“We got in Elton John an older, wiser, mellower rock star in lilac shades who laughed at his toupee and was commendably self-deprecating”

Elton John Uncensored

“I have never really cared for Elton’s music, although I did warm to him during this hour-long interview about his six-decade career. It wasn’t just because he was out and proud in the homophobic 1970s, but also because his self-satire cut through the treacle of Norton’s kneel-down-and-derriere-smooch interview technique.”
Stuart Jeffries, The Guardian

“This promised to be an hour of unedited, mischievous fun in conversation with Graham Norton. But it seemed that Fun Elton had left the building. Instead, this was a by-numbers retread of the star’s life and career pegged to the recent publication of his memoir. Promoting a celebrity’s latest projects, of course, is what chat shows are all about. But it was never really explained why the corporation was devoting an hour of BBC1 prime-time to this.”
Anita Singh, The Telegraph

“What we got in Elton John: Uncensored was an older, wiser, mellower rock star in lilac shades who laughed at his toupee and was commendably self-deprecating. Good for him, but obviously also, boo. Not even a tiny diva kick-off? From an Elton John PR viewpoint, it was a win and Norton was slightly more serious and fawning than usual.”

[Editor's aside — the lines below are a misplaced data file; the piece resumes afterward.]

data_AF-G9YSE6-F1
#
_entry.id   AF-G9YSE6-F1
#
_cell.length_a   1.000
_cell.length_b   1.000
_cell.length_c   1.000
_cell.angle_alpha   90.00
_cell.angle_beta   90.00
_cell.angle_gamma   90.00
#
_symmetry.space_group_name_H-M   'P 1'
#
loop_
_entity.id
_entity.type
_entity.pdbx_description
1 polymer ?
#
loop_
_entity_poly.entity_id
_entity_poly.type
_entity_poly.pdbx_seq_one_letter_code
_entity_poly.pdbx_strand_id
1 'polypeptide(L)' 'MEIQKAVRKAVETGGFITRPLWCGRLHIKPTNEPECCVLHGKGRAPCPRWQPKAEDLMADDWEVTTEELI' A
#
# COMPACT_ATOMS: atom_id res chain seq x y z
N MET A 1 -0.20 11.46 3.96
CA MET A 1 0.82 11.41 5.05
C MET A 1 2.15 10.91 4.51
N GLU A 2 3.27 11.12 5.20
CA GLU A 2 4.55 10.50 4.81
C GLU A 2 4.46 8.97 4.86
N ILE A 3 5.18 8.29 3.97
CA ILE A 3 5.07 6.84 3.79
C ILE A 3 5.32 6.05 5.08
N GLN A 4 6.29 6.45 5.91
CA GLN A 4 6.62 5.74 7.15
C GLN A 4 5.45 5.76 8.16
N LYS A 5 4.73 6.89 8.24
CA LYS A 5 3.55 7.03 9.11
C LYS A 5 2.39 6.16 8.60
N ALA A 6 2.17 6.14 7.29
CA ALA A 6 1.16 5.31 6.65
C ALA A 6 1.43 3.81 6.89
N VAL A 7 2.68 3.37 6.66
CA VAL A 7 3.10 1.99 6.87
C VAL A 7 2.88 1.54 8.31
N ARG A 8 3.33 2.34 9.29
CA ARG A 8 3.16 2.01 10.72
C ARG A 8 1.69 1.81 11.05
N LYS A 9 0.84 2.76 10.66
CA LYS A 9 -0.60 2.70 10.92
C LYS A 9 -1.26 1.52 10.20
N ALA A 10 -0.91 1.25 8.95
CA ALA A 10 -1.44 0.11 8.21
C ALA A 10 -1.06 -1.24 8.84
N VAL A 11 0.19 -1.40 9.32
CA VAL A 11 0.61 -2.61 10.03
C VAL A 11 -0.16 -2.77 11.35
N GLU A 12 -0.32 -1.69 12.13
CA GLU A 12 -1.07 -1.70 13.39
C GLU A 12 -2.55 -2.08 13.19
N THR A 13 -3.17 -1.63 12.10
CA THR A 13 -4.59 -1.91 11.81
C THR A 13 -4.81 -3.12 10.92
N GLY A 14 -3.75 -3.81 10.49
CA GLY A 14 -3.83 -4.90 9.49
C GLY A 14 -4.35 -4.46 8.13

Carol Midgley, The Times

Upright, Sky Atlantic

“Upright certainly played its own tune. It was far smarter and more deft than it initially seemed. This was a sharp-tongued but touching portrayal of flawed characters with complex family dynamics. The visuals were almost hallucinatory, like a grunge remix of Jane Campion’s The Piano, while it barrelled along with boisterous energy.”
Michael Hogan, The Telegraph

“If you’re after an irreverent buddy comedy, you won’t find it here. That’s not to say it isn’t funny, though – Meg’s constant threats to expose Lucky as a paedophile (which he isn’t) is not only consistently amusing, but also hilariously believable.”
Emily Baker, The i

“If the idea isn’t too original, the dialogue is. It’s jagged, fast and unsentimental, with a tendency to spiral off into philosophical arguments. Though it’s frustrating to see new comedy locked away on a pay-to-view channel, there’s no way the BBC would have made this show. It’s very…Australian.”
Christopher Stevens, Daily Mail